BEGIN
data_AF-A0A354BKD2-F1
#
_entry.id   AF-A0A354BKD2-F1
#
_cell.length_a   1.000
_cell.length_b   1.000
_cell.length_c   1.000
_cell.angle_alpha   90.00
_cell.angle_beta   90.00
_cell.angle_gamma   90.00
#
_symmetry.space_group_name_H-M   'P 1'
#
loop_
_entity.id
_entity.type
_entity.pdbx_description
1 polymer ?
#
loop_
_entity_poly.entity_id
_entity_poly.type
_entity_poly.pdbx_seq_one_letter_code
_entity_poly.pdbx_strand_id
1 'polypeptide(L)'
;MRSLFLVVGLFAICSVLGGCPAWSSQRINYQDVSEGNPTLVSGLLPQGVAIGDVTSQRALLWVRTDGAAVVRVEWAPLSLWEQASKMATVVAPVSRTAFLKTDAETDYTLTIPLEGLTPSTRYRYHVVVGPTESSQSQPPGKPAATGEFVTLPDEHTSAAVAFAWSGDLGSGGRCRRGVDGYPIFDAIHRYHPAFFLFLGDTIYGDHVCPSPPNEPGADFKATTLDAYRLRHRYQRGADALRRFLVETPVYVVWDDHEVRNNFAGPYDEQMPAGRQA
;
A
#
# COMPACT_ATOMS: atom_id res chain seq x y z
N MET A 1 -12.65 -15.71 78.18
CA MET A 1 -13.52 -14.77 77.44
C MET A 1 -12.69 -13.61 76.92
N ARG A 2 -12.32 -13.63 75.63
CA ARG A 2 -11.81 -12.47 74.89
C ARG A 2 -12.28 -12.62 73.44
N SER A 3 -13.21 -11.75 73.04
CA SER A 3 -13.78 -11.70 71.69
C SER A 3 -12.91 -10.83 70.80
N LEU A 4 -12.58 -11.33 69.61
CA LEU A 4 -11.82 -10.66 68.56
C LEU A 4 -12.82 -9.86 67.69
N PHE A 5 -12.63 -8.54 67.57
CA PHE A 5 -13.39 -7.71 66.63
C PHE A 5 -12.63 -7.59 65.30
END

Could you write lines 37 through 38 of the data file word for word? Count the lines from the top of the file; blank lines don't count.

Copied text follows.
N SER A 3 -13.21 -11.75 73.04
CA SER A 3 -13.78 -11.70 71.69